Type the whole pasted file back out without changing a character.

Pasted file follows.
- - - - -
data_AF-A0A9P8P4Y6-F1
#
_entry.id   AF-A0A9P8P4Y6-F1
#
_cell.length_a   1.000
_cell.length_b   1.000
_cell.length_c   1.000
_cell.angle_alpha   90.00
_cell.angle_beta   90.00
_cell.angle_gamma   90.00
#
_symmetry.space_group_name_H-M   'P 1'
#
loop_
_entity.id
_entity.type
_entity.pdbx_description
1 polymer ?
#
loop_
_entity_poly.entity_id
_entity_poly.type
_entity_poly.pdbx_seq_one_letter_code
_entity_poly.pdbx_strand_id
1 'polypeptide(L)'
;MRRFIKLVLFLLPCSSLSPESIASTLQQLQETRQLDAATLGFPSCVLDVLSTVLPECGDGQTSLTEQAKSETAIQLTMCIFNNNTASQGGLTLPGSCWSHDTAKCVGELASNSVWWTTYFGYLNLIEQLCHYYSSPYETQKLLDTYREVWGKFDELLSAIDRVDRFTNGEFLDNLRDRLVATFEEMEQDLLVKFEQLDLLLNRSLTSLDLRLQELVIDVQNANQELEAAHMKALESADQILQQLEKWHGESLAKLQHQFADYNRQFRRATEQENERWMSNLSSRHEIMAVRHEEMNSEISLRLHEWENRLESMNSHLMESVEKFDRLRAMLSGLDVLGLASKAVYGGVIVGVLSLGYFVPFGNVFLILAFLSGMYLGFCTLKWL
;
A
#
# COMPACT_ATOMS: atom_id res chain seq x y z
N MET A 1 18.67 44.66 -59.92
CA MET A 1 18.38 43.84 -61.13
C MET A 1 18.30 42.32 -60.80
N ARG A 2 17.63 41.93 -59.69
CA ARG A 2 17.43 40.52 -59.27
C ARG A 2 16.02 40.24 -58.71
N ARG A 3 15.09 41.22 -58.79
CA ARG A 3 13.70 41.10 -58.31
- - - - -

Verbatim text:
data_AF-A0A9P8P4Y6-F1
#
_entry.id   AF-A0A9P8P4Y6-F1
#
_cell.length_a   1.000
_cell.length_b   1.000
_cell.length_c   1.000
_cell.angle_alpha   90.00
_cell.angle_beta   90.00
_cell.angle_gamma   90.00
#
_symmetry.space_group_name_H-M   'P 1'
#
loop_
_entity.id
_entity.type
_entity.pdbx_description
1 polymer ?
#
loop_
_entity_poly.entity_id
_entity_poly.type
_entity_poly.pdbx_seq_one_letter_code
_entity_poly.pdbx_strand_id
1 'polypeptide(L)'
;MRRFIKLVLFLLPCSSLSPESIASTLQQLQETRQLDAATLGFPSCVLDVLSTVLPECGDGQTSLTEQAKSETAIQLTMCIFNNNTASQGGLTLPGSCWSHDTAKCVGELASNSVWWTTYFGYLNLIEQLCHYYSSPYETQKLLDTYREVWGKFDELLSAIDRVDRFTNGEFLDNLRDRLVATFEEMEQDLLVKFEQLDLLLNRSLTSLDLRLQELVIDVQNANQELEAAHMKALESADQILQQLEKWHGESLAKLQHQFADYNRQFRRATEQENERWMSNLSSRHEIMAVRHEEMNSEISLRLHEWENRLESMNSHLMESVEKFDRLRAMLSGLDVLGLASKAVYGGVIVGVLSLGYFVPFGNVFLILAFLSGMYLGFCTLKWL
;
A
#
# COMPACT_ATOMS: atom_id res chain seq x y z
N MET A 1 18.67 44.66 -59.92
CA MET A 1 18.38 43.84 -61.13
C MET A 1 18.30 42.32 -60.80
N ARG A 2 17.63 41.93 -59.69
CA ARG A 2 17.43 40.52 -59.27
C ARG A 2 16.02 40.24 -58.71
N ARG A 3 15.09 41.22 -58.79
CA ARG A 3 13.70 41.10 -58.31